Government's HS2 U-turn prevents 'once-in-a-generation opportunity' to boost capacity

David Shirres

An artist's impression of how the HS2 train could look (Credit: HS2 Ltd)
An artist's impression of how the HS2 train could look (Credit: HS2 Ltd)

Historically, new railways have driven economic development. This is particularly true of high-speed rail, which has provided transformational benefits.

Since Japan’s Shinkansen service opened in 1964, 16 countries now have 28,000km of high-speed lines operating at more than 250km/h. High-speed rail also drives the modal shift needed for decarbonisation both by attracting passengers from planes and cars and by providing extra capacity on existing lines.

Britain’s first domestic high-speed railway, HS2, was proposed in 2009. This 530km Y-network between London, Manchester and Leeds was also to be connected to other lines to take HS2 trains to Scotland and Newcastle. HS2 was also to provide estimated capacity relief on the West Coast, Midland and East Coast main lines of 67%, 33% and 50% respectively

Until recently the project enjoyed cross-party support, including commitments from the prime minister to deliver HS2 in full. However, it was appallingly sold. Until recently, there was nothing to counter the view that it is a vanity project costing billons to save a few minutes between London and Birmingham.

Cuts and cancellations

This falsehood was a factor underlying the recently published Integrated Rail Plan (IRP), which the government hailed as transforming rail links in the North. Yet in reality it cut back Transport for the North’s proposals for Northern Powerhouse Rail and cancelled the most transformational part of HS2’s proposed Y-network by curtailing the eastern leg to Leeds. This is replaced by an upgraded East Coast Main Line (ECML) service to Leeds. 

IRP claims that upgrades, including 225km/h running, would reduce the London-to-Leeds journey by 20 minutes. Yet only five minutes would be saved if the heroic assumption is made that all current 200km/h sections could be upgraded to 225km/h running. Furthermore, running trains at this higher speed on a mixed-traffic railway will reduce capacity.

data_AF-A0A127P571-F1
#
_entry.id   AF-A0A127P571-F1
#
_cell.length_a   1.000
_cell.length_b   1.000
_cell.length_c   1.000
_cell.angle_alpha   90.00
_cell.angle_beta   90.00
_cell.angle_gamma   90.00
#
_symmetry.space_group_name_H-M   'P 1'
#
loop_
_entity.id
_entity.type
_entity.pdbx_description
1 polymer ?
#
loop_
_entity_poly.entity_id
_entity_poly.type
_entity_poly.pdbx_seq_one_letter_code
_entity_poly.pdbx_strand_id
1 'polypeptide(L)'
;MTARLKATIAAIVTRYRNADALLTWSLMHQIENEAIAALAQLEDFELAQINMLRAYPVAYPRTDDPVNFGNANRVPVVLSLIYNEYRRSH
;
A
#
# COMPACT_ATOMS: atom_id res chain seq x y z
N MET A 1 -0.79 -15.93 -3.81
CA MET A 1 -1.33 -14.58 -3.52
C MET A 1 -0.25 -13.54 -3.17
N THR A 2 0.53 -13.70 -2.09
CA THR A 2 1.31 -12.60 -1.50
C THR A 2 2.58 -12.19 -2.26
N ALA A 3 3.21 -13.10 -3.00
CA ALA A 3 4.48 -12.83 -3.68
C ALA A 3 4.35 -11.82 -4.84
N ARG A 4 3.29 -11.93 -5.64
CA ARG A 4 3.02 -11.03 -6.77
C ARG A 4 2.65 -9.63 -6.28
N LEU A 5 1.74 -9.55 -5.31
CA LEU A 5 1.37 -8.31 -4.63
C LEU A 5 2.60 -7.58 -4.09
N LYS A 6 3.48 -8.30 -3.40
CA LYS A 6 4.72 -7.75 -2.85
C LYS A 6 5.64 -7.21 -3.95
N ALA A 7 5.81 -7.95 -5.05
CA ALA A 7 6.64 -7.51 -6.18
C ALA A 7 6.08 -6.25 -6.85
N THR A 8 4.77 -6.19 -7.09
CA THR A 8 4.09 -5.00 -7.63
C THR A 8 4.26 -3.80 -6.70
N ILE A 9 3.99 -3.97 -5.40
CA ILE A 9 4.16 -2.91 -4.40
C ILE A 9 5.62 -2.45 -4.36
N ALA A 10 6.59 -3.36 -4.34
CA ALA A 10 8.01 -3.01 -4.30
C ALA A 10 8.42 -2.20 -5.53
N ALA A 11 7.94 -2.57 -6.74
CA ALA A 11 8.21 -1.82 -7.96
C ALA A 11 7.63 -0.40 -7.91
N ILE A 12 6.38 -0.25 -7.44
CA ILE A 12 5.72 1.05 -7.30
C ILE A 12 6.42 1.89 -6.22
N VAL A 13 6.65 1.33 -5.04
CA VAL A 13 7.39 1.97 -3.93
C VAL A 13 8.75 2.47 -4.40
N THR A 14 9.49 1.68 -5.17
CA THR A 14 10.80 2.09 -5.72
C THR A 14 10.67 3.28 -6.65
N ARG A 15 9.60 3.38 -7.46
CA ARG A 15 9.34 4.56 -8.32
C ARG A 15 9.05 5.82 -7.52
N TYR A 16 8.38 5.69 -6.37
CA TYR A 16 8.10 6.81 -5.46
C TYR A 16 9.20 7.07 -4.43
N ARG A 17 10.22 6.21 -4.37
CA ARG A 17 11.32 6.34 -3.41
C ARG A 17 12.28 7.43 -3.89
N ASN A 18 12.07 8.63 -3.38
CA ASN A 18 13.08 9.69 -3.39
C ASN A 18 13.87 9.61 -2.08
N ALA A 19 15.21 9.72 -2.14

IRP also claims that its proposal will cause less disruption than HS2 by overstating the disruption from building its bridges over the motorway network. Yet it barely mentions the huge disruption from upgrading the ECML to HS2’s same capability. A recent report showed that this would require almost 10 years of continuous weekend possessions. 

Curtailing the eastern leg also fails to make the best use of HS2’s core route from London. With more HS2 services running on the conventional network, the planned 18 trains an hour from London Euston may not now be feasible.  

HS2 routes

The IRP plan terminates HS2’s eastern leg at East Midlands Parkway so its trains can run directly to either Derby or Nottingham. While this benefits both cities, the result is that HS2 will no longer relieve capacity on the ECML, and Leeds becomes IRP’s biggest loser.

Transport for the North, the statutory body set up to plan the region’s long-term infrastructure investment, also saw its proposed Northern Powerhouse Rail (NPR) cut back despite the prime minister’s commitment to build it in full. A key NPR proposal was a new line between Manchester and Leeds via Bradford. Instead IRP proposed a much shorter line from Manchester to terminate west of Standedge tunnel. IRP does not state how tunnel capacity will be increased. 

HS2 has provided strategic direction for various studies. One such study, Network Rail’s ECML route study, considers that HS2 provides a once-in-a-generation opportunity for a step-change in rail services provision that frees up significant capacity so that the ECML route can be better used. It seems that this opportunity is now to be lost owing to the flawed IRP report which has been subject to universal criticism by the rail industry and local authorities affected by it. 

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Content published by Professional Engineering does not necessarily represent the views of the Institution of Mechanical Engineers.


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